Every recruiter has a different point of view on what they look for in a dev candidate. There’s no magic formula for the best type of résumé or application. However, there are some key things that are consistent among many recruiters. Read below to see how you stack up.
All recruiters review a candidate’s LinkedIn profile or the attached résumé. They look at the most recent position, the company and the duration of the role. Then they start to try and figure out what it was that you did in the position, how large was the team and how did you and/or your team fit into the overall organizational structure.
The good news is that all of these items can be updated in your LinkedIn profile by thoughtfully filling out your summary, making sure the job title is accurate and filling out a brief description of your job responsibilities and why your projects were essential to the company.
“Computing is based upon an engineer’s ability to constantly learn and apply that knowledge, something I admire greatly about the industry. My recommendation is that hiring manager should look for “smart and get things done,” but also consider “will and able to learn, and apply knowledge.” ~ Leann Pereira, tech recruiter
However, some recruiters have a system and are interested in the number of years of work experience that you have in a particular area. For example:
“When I first look at a resume, I skip over all the summary stuff, skills & aptitudes, etc. I go right to the list of their work experience and review the last 5-10 years of their experience. For each position, I attempt to assign them a STAR (Situation, Task, Action, Result). For example, if I am looking for a Senior Web Developer for a Fortune 500 company who has been working with the Java stack, I will give a STAR if the resume shows an engineer who is used to working in a full-team environment, as a software engineer, using the Java stack on a project that seems to have progressed smoothly. If I can assign STARs for 3-5 or 5-7 years of the candidate’s experience – we have a winner.” ~ Jerry Brown, overactdev.com
Depending on the hiring manager, education is either non-essential or can be a key factor. Some managers want a Computer Science (CS) degree from a recognizable school. However, other hiring managers believe that your code should speak for itself and since the majority of developers are self-taught and may or may not have CS degree, this becomes less of a key factor.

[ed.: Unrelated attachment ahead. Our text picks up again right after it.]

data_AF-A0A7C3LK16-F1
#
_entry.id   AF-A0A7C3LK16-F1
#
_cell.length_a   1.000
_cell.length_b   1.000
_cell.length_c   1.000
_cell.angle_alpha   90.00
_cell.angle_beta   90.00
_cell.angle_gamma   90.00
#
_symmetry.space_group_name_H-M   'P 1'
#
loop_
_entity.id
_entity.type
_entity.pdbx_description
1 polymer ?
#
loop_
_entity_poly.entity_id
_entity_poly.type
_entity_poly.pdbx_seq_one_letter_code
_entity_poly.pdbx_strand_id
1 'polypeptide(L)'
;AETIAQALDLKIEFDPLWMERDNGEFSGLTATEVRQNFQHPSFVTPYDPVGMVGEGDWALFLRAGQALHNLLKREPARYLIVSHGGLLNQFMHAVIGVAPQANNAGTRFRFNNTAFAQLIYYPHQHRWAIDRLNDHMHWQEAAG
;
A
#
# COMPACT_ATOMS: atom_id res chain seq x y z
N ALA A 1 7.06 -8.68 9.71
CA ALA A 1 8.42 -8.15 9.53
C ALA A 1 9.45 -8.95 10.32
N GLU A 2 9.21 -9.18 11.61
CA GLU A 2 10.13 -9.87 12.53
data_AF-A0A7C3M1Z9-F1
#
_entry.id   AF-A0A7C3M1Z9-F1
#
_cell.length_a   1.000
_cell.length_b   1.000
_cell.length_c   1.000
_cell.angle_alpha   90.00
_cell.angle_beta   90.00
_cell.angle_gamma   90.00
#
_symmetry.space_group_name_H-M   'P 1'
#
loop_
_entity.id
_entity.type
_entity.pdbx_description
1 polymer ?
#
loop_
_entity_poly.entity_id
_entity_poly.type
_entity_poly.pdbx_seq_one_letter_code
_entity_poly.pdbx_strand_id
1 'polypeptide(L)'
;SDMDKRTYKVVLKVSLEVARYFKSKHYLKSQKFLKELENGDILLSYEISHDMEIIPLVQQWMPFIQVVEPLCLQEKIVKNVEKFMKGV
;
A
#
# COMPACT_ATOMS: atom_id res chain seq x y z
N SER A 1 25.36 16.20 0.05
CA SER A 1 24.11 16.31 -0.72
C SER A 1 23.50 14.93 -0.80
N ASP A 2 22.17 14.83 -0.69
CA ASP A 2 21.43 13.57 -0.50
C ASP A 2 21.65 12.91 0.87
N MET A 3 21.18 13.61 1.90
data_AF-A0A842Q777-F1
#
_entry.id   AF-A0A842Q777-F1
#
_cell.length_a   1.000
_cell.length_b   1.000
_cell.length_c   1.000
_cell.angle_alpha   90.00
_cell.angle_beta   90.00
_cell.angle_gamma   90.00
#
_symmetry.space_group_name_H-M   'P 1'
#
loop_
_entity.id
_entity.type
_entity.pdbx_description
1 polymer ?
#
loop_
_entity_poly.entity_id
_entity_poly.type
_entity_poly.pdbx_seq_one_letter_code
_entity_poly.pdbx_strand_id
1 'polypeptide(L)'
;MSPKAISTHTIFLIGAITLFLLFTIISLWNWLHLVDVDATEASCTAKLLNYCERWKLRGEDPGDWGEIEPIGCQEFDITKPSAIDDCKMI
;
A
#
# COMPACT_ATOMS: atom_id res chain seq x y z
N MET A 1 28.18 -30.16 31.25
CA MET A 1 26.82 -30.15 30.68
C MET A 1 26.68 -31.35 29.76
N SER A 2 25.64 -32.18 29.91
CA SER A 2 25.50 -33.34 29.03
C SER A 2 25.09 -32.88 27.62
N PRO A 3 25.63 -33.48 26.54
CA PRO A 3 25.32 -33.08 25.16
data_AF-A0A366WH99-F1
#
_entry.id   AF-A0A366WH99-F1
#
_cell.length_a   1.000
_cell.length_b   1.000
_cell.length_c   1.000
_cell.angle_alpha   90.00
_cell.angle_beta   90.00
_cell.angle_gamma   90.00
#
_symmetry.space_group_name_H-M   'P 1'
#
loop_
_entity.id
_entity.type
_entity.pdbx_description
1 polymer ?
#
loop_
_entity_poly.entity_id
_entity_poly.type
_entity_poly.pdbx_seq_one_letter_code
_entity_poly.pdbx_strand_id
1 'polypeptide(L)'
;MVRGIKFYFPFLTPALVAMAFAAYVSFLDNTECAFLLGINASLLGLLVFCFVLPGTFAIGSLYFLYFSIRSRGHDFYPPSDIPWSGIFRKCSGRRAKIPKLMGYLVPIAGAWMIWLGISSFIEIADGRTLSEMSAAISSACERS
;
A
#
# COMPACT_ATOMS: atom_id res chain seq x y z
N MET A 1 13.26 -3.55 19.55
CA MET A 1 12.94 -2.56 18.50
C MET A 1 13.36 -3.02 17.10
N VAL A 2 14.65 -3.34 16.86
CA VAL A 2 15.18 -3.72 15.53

“In my eyes formal education shouldn’t be a requirement when it comes to hiring engineers or developers. We’re lucky enough to live in a world where ‘education’ and gaining knowledge is easily accessible for everyone and I’m not talking about traditional schools but rather coding bootcamps, online courses, meet-ups, conferences, webinars etc. Going to one of the best engineering schools in the country is not going to help you if you lack passion and that’s what it comes down to in the end. We’re all looking to hire people that are passionate and excited about what they do so don’t underestimate the power of self taught engineers.” ~ Julia Sievert, recruiter at PopSugar
Most recruiters I spoke to said they most definitely will do a scan of a dev candidate’s social media presence. However, most recruiters agree that in many cases this can actually help enhance a candidate’s online profile when they include links to their work or contributions on GitHub, blogs, forums and other places on the internet. So be sure to include those links in your LinkedIn profile and in your online résumé.
“A good engineer doesn’t get bored easily! 🙂 I check whether they have spoken about anything interesting on engineering excellence or operations excellence (code reviews, scrums, etc.).” ~ Ranbir Mahapatra, engineering recruiter at Amazon
Employment gaps aren’t as big of a deal as you may think. Most recruiters are just looking for a reasonable, honest explanation in the employment gap. As long as you can reasonably explain it (took time off to raise kids, did some consulting or tried your hand at a start-up, for example), it’s perfectly acceptable. Plus, if you have a gap, try to use the time to work on personal or industry related projects and showcase that in your online profiles.